Yes, that’s why Warren has invited political candidates into his church, to show how non-political it is. Here is the full transcript of the segment:7:00AM TEASER:HARRY SMITH: "Hillary Clinton addresses an Evangelical megachurch in California. Is it really possible that the Christian Right could be convinced to turn left?"7:01AM:JULIE CHEN: "Also, the Evangelical vote in the 2008 presidential race --is it up for grabs? Hillary Clinton believes the Republicans no longer have a lock on it. As we told you, she addressed Southern California's Saddleback megachurch yesterday. We'll ask Pastor Rick Warren of Saddlebrook if it's really possible that the Evangelical Right, President Bush's key voting block, could be moving to the left." 7:08AM SEGMENT:HARRY SMITH: "In the 2004 election, George Bush credited Evangelical Christian voters with delivering him the presidency. But could the conservative Christian Right be moving a bit to the left? CBS News Correspondent Bill Whitaker reports from Southern California.BILL WHITAKER: To detractors and supporters alike, Democrat Hillary Clinton walking into an Orange County Evangelical bastion was like Daniel entering the lion's den. But her message of compassion for AIDS victims was greeted with applause.HILLARY CLINTON: I will ask for $50 billion over five years to combat HIV/AIDS.UNIDENTIFIED WOMAN: She's won me over.WHITAKER: Four years ago, a Democratic presidential candidate coming to speak at an Evangelical megachurch would have been unthinkable, even politically futile. White Evangelical voters make up about a quarter of the electorate, and in 2004, fully 78% of them voted Republican.MARVIN OLASKY (EDITOR-IN-CHIEF, WORLD MAGAZINE): Without Evangelical votes in the 2000 and 2004 elections, George W. Bush would not have become president.WHITAKER: But the GOP's grip on this crucial block might be loosening.RICK WARREN: One of the biggest problems in the world -- WHITAKER: Pastor Rick Warren of the Saddleback Church, where Clinton spoke, says fighting AIDS and poverty aren't Democratic issues, they're crucial Christian issues too.OLASKY: Evangelicals have not been solely owned company within the Republican empire, they're in play.WHITAKER: Sensing that opening, Democrats are reaching out.MATT DORF (DEMOCRATIC NATIONAL COMMITTEE): Faith voters talking to faith voters in a way that we believe our outreach will pay off in this election and get us more votes.WHITAKER: But no one expects Democrats to get a huge chunk of the Evangelical vote. That would take a miracle. Bill Whitaker, CBS News, Lake Forest, California.SMITH: Earlier, I spoke with Pastor Rick Warren, who is also the author of the best-selling book The Purpose-Driven Life. He said his congregation is open to all kinds of views, including the views of Senator Hillary Clinton.RICK WARREN: She was received real well. We actually put the call out to invite any of the presidential candidates to come and be here and present what they -- we had one question: What would you do with the AIDS pandemic if you were elected president?SMITH: You know, there are people within the Evangelical movement who heard about Hillary Clinton speaking at Saddleback today who said this is a huge error and that just by inviting her you send the wrong message.WARREN: Yeah. You know what? The greatest criticism Jesus got, he got not from political people or from secular leaders. He got it from religious people. And it's amazing to me that sometimes the people who understand grace are the least gracious people on the planet. And so, you know, we don't do things for cheers or jeers, for what I call strokes or pokes. We do it because we think it's the right thing to do. And we know that we need to be speaking up about this issue. You know, I have to admit the Church was late to the table on this AIDS issue. And we had to repent on it. We just -- I just personally had to repent on it. I didn't get it for years. But once I understood, I said, okay, we're in, and we're in for the duration. This is not flavor of the month. This is not, you know, fad of the week for us. We're in it for long term because it's part of our mission, we believe.SMITH: Do you think the world has Evangelicals wrong in terms of thinking of Evangelicals as a voting group and voting as a block?WARREN: Yeah. You nailed it on the head, Harry. There was an article, a news -- New York Times magazine article a few weeks ago saying the End Times for Evangelicals. Well, the problem was it was all about Evangelicals being a political force. They're not a political force. They're a religious force, and they never have been in the corner of just the Religious Right or the Religious Left or anywhere else. And every time you try to define us by political terms, you totally miss the point. It's not about politics, it's about something much bigger than that.SMITH: Well, let me get down to the money, then. What do you understand now about it that you didn't understand for all those other years?WARREN: Well, I didn't understand -- I was raised in a tradition where we cared about the soul and undervalued the importance of the body. Jesus cared about the spiritual and the physical. He healed them physically, and he healed them spiritually. And I was raised in a tradition where we cared a lot about, you know, our spiritual care, but didn't put so much emphasis on health and on that. But Jesus, the Bible says he went into every village preaching, teaching, and healing. That meant one-third of his ministry was health care. And it's not by accident that the first hospital and usually the first school in every country of the world was started by Christian missionaries because Christianity is a teaching and healing faith.SMITH: That's Rick Warren, Pastor of the Saddleback Church in Lake Forest, California.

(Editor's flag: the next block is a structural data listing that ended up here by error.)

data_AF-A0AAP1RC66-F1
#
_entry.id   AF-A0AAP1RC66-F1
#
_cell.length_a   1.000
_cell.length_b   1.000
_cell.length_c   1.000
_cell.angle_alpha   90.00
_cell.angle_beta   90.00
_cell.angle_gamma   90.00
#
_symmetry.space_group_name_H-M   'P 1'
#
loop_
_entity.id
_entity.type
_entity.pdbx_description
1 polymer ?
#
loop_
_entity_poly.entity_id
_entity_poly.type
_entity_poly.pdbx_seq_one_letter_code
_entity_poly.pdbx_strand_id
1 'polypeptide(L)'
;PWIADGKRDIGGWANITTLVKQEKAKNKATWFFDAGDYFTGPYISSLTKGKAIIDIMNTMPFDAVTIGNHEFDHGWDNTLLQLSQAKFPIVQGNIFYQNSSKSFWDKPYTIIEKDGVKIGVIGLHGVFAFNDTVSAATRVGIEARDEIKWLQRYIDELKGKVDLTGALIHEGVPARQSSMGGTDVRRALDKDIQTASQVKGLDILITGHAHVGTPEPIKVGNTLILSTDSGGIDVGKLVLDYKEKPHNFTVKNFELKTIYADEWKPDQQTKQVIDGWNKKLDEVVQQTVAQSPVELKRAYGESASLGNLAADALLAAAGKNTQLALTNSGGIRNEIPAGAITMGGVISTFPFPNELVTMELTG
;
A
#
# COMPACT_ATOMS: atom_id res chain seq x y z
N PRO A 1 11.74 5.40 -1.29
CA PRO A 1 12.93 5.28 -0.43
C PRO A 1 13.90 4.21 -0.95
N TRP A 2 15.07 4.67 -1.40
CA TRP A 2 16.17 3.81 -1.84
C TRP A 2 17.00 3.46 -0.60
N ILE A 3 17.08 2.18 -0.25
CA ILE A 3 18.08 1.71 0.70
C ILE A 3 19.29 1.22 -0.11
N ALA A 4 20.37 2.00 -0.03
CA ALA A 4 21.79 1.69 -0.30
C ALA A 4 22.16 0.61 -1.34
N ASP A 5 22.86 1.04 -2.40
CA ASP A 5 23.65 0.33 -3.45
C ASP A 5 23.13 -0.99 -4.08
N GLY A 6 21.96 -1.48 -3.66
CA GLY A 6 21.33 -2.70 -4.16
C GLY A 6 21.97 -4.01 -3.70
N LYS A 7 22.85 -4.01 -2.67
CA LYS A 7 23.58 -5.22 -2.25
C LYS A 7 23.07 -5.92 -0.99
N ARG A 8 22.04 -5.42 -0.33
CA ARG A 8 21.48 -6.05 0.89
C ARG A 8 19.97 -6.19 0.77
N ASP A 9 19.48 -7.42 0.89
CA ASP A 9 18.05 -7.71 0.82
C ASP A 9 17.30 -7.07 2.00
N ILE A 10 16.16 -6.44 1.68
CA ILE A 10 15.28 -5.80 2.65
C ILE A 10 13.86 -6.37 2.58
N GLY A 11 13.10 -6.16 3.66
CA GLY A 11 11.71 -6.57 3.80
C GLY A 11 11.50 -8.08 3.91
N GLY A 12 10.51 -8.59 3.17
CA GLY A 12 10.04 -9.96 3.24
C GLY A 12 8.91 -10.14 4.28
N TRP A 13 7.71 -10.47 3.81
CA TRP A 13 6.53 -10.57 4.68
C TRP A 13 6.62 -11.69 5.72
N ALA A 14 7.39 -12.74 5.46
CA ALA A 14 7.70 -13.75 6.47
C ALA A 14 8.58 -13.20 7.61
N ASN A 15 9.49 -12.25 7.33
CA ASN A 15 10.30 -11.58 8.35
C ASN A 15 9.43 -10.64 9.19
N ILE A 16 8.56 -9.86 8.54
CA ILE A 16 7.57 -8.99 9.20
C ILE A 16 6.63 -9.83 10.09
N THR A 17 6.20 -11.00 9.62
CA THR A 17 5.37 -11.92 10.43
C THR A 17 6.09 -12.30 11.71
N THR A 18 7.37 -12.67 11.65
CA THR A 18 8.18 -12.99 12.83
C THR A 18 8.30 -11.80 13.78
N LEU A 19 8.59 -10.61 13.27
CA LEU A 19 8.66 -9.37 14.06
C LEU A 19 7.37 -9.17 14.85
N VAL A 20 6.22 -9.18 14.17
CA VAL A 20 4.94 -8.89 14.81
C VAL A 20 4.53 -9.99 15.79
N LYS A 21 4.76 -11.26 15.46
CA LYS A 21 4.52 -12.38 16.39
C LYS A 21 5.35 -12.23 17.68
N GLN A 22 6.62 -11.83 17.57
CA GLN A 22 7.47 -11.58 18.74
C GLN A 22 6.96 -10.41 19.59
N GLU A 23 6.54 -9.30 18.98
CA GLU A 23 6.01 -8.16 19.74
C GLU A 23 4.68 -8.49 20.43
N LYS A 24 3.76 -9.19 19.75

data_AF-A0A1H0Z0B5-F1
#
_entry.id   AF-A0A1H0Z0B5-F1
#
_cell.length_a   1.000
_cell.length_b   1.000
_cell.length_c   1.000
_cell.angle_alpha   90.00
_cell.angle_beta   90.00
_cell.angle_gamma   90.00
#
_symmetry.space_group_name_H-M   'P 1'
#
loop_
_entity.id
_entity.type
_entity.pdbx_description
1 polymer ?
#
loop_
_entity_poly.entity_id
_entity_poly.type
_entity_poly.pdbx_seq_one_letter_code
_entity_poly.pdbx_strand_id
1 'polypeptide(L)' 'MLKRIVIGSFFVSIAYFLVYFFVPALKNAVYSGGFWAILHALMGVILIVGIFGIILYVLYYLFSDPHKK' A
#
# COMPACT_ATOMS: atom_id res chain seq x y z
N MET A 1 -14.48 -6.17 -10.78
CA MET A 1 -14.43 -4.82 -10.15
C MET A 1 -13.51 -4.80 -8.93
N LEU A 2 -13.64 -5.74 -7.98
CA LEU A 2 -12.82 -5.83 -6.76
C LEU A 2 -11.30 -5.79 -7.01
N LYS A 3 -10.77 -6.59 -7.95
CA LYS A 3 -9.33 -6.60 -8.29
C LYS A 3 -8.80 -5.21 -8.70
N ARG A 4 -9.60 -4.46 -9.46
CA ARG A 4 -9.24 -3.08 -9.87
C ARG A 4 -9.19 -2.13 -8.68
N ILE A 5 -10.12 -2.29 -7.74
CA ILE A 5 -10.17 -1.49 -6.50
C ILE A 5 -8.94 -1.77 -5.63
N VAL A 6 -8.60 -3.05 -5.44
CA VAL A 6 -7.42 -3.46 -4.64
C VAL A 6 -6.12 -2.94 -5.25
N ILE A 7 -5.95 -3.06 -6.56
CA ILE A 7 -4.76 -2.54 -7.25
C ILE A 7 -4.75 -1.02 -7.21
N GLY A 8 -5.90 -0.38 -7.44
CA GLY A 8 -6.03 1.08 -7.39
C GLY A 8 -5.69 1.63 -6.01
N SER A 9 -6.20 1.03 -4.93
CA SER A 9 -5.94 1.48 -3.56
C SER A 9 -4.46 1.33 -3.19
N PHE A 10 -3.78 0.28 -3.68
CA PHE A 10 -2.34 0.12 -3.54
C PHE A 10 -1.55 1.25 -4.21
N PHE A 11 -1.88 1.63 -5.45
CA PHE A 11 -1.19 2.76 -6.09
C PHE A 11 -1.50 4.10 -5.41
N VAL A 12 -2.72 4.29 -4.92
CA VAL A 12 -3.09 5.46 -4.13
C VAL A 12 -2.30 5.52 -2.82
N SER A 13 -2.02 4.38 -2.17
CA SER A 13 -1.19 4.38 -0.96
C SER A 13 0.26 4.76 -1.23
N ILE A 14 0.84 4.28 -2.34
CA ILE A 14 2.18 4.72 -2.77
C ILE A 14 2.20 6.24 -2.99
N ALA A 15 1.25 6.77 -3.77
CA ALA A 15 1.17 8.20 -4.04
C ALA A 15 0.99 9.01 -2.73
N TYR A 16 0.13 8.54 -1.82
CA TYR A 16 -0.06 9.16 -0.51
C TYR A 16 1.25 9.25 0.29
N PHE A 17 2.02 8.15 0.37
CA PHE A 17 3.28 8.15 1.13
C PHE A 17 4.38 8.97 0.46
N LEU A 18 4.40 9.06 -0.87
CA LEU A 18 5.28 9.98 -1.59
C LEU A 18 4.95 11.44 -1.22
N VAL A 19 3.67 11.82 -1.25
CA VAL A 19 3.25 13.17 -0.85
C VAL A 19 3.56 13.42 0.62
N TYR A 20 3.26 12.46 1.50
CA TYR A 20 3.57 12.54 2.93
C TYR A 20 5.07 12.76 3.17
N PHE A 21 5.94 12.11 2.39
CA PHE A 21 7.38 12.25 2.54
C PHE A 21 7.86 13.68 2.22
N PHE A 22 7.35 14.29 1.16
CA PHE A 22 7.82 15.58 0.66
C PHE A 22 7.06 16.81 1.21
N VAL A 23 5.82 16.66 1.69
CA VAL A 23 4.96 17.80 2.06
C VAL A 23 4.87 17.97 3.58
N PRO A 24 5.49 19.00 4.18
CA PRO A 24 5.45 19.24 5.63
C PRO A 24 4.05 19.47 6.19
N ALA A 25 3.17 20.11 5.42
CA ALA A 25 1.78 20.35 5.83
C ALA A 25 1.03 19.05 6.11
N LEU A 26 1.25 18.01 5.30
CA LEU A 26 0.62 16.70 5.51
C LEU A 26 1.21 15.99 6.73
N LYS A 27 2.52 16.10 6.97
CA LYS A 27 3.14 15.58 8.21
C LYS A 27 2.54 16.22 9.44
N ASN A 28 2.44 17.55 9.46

Kyle Drennen
Kyle Drennen
Kyle Drennen is a News Analyst for MRC